Foreclosure Pretender-Defender Scams

Discussion of various forms of Advance Fee Fraud, including application fees for loans that never materialize, self-liquidating loan scams, as well as mortgage elimination scams and related debt elimination scams [Nigerian-type scams should go in the Nigerian 4-1-9 forum]
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Foreclosure Pretender-Defender Scams

Postby bobhurt » Fri Aug 19, 2011 6:38 am

Three years ago I started digging into mortgages, foreclosure, and defenses. I discovered no mainstream mortgage foreclosure defense industry existed, outside of a bunch of rescue scammers. By this I mean that the mainstream legal community seemed clueless about foreclosure defense. Mostly nobody defended against foreclosure because people generally knew (but have begun to waver from their certainty) that if you don't pay, you lose the house, a principle they learned before entering kindergarten.

Now the mainstream legal community has evolved a foreclosure defense industry of sorts, but it has become laden with scammer-attorneys.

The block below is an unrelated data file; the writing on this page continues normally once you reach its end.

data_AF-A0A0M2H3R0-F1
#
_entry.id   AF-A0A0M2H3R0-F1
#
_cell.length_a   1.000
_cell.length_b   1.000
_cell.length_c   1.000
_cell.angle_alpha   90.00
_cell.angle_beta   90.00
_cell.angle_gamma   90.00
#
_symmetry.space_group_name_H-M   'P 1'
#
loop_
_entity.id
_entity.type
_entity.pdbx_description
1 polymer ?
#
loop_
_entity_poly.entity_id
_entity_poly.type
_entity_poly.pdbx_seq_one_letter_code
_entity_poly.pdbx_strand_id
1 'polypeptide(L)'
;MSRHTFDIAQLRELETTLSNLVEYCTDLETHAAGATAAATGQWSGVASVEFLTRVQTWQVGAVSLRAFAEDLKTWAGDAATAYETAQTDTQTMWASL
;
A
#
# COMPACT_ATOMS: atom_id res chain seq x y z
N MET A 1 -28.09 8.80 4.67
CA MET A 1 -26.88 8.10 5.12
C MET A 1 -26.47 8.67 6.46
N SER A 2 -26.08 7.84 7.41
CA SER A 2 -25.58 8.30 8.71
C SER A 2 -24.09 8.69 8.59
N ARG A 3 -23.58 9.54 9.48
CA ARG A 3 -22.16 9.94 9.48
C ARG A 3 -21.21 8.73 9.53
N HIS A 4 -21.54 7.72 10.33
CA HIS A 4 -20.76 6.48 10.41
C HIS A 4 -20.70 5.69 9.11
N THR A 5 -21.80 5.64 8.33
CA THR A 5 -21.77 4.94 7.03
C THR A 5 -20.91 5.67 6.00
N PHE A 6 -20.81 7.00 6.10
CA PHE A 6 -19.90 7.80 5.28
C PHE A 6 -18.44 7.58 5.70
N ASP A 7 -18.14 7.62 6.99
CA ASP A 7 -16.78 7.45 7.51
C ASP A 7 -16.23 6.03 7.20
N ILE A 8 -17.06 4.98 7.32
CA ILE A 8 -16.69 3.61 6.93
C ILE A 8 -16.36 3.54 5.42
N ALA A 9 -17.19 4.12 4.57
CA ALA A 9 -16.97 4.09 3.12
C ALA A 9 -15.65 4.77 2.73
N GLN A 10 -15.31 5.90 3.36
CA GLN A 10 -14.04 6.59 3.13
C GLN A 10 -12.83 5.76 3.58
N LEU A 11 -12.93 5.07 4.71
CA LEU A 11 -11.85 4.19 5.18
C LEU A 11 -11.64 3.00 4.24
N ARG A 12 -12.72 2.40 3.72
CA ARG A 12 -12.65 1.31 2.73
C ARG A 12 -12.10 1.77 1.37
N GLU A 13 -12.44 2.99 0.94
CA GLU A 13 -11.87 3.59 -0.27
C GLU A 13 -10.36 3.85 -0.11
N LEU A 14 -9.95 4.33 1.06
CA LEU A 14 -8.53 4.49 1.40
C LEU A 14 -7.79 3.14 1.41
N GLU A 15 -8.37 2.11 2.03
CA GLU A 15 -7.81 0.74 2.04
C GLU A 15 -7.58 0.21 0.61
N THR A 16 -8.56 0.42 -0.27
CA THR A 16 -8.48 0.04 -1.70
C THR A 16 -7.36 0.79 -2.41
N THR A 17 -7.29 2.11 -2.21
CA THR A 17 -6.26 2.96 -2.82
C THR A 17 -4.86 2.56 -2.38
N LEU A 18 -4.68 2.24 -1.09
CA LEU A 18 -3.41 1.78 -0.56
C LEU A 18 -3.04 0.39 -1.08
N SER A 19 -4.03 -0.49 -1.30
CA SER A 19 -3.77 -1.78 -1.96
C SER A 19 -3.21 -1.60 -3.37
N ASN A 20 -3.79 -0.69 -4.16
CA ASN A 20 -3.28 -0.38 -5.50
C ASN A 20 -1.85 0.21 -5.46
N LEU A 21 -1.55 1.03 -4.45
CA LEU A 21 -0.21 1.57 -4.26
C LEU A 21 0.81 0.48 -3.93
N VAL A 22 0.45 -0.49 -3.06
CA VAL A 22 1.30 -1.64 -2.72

I explain this in the below interchange with Neil Garfield on his Livinglies blog.

I could provide you the links to my response, but he sometimes deletes them, particularly if they seem to disagree with his expressions or business purposes.

One more thing: Neil has turned his blog into a sales organ for his audit service with this ad:

GET COMBO TITLE AND SECURITIZATION ANALYSIS – CLICK HERE

Go ahead and click the link. I changed it from his service to a better one. I don’t want you to go to his service because I believe the analysis boils down to a scam. I explain why in my comments.


-----Original Message-----
From: Livinglies's Weblog <no-reply@wordpress.com>
Sent: Wed, Aug 17, 2011 12:25 pm
Subject: [New post] MOST ORIGINAL MORTGAGE LIENS INVALID

MOST ORIGINAL MORTGAGE LIENS INVALID
Neil Garfield | August 17, 2011 at 9:24 am |


I held back on writing this post until I was sure beyond a reasonable doubt that I was right. I've said it one form or another, but not like this. It is my opinion (to be checked with licensed attorney) that most mortgage liens over the last 10 years+ were never perfected and improperly filed. If you check with cases involving mechanics liens, mortgage liens, bankruptcy etc., the issue is always about priority of liens and perfection of liens. The essential tests I have distilled from many sources are as follows:

1. The most important test of the perfection of a lien is whether the lienholder could issue a satisfaction of that lien.
2. The other statutory steps in establishing the lien and giving it the right place in the priority of the lien must be fulfilled to the letter. Each state differs slightly on such procedures.